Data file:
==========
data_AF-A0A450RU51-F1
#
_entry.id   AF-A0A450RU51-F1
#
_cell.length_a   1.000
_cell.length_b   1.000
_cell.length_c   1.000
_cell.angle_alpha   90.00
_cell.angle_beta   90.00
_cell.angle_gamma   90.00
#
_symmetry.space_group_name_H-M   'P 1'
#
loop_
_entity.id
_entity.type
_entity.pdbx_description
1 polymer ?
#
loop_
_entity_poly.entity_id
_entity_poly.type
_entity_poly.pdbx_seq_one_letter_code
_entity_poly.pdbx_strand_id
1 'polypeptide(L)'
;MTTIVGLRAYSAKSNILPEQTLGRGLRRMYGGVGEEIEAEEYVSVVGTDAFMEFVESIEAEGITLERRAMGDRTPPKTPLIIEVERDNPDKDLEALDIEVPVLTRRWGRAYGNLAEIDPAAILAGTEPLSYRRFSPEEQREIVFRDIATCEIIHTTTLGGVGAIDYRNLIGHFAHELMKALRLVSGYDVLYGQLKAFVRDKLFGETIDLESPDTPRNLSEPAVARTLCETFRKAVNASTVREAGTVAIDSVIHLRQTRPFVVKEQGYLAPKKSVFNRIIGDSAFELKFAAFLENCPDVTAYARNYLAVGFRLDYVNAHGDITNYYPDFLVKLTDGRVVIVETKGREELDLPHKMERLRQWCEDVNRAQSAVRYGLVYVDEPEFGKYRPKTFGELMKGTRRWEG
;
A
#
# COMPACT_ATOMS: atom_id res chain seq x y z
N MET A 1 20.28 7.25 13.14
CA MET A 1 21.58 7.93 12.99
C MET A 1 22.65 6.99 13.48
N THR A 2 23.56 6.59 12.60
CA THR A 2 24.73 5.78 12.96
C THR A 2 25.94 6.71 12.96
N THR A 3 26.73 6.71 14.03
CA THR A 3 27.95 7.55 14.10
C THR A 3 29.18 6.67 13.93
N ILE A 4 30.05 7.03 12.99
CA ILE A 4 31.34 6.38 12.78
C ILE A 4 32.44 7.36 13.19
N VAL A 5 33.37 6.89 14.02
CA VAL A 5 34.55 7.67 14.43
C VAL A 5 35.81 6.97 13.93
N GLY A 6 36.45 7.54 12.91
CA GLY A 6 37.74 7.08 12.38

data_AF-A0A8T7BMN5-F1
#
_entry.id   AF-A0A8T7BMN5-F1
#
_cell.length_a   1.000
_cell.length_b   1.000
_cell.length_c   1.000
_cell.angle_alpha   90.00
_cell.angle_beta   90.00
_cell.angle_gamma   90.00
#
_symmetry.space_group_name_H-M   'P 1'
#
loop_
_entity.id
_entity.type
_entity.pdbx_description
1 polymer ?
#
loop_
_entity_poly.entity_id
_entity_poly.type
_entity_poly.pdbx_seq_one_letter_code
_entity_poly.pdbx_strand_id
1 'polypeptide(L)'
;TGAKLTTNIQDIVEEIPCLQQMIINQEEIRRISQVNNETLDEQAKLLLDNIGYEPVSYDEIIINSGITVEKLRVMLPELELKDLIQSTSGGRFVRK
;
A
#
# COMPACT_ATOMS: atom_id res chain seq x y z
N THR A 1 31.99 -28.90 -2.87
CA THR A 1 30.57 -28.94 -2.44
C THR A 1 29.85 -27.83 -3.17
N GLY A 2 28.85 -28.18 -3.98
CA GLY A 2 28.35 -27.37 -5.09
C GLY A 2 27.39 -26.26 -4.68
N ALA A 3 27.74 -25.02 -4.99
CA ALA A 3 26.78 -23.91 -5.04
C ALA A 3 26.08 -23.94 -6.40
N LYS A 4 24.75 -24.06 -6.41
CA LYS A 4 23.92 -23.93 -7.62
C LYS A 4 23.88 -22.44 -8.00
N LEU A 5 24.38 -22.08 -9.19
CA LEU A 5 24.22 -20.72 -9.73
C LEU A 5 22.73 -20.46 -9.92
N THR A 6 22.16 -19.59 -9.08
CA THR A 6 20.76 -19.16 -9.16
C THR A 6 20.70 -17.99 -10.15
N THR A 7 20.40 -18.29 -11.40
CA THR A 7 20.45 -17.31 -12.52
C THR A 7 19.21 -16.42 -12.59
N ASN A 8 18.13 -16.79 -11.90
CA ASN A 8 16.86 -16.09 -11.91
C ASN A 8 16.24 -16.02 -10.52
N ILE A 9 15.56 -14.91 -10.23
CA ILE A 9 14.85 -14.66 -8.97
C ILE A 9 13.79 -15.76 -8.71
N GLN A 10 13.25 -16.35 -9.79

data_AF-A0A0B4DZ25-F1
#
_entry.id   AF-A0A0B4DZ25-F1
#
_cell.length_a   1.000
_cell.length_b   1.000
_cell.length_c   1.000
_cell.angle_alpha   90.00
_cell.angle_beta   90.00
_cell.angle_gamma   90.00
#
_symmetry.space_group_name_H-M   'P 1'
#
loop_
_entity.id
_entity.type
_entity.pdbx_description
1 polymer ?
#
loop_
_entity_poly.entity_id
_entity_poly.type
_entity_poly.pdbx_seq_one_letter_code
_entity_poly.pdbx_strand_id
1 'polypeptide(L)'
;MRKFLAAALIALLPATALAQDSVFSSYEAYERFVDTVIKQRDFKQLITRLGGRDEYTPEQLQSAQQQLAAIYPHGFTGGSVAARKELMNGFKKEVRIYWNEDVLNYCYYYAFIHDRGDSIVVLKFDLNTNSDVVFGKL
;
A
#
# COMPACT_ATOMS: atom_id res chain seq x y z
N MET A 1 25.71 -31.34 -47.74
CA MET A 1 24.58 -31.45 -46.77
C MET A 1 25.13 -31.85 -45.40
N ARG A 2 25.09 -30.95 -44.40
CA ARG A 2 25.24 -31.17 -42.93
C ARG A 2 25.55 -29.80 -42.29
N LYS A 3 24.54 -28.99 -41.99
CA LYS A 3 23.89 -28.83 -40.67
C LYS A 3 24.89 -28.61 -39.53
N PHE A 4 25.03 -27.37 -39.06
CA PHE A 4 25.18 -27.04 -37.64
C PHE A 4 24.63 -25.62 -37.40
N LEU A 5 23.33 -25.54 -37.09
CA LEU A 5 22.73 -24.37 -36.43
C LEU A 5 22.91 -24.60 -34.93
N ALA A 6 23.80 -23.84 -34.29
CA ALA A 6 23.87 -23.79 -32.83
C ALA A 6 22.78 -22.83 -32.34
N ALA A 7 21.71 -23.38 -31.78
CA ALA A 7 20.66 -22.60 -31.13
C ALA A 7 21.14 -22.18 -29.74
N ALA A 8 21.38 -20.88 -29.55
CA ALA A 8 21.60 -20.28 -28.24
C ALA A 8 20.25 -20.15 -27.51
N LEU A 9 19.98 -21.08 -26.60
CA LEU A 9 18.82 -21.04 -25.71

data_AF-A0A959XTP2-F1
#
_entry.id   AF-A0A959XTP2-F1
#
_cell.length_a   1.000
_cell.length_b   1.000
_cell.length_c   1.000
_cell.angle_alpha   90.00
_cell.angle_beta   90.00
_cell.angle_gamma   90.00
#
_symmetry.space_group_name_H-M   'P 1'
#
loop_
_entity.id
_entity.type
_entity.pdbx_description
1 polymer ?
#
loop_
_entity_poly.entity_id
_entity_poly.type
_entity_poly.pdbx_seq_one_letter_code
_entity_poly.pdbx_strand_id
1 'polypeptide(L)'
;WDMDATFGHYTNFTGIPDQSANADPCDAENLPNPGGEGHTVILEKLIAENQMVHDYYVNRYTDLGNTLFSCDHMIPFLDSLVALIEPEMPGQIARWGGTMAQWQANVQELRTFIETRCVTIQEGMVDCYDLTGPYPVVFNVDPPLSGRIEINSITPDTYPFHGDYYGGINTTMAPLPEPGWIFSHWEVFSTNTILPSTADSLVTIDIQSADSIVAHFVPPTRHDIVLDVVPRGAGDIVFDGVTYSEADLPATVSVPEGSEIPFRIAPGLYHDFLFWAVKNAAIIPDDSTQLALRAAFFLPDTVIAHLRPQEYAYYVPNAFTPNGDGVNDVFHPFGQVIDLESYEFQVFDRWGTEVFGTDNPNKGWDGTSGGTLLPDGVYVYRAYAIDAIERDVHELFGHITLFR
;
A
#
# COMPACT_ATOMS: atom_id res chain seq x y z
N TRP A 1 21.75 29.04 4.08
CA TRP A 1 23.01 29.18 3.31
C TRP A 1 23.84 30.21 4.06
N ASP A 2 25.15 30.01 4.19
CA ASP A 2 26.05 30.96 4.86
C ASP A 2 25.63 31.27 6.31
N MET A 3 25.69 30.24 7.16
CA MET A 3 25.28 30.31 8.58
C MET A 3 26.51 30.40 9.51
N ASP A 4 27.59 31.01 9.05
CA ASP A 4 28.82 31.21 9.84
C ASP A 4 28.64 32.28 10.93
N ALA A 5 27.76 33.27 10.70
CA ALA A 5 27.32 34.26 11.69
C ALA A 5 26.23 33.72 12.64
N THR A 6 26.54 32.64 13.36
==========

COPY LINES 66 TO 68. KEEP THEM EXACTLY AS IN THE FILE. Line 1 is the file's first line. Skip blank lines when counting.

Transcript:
#
loop_
_entity_poly.entity_id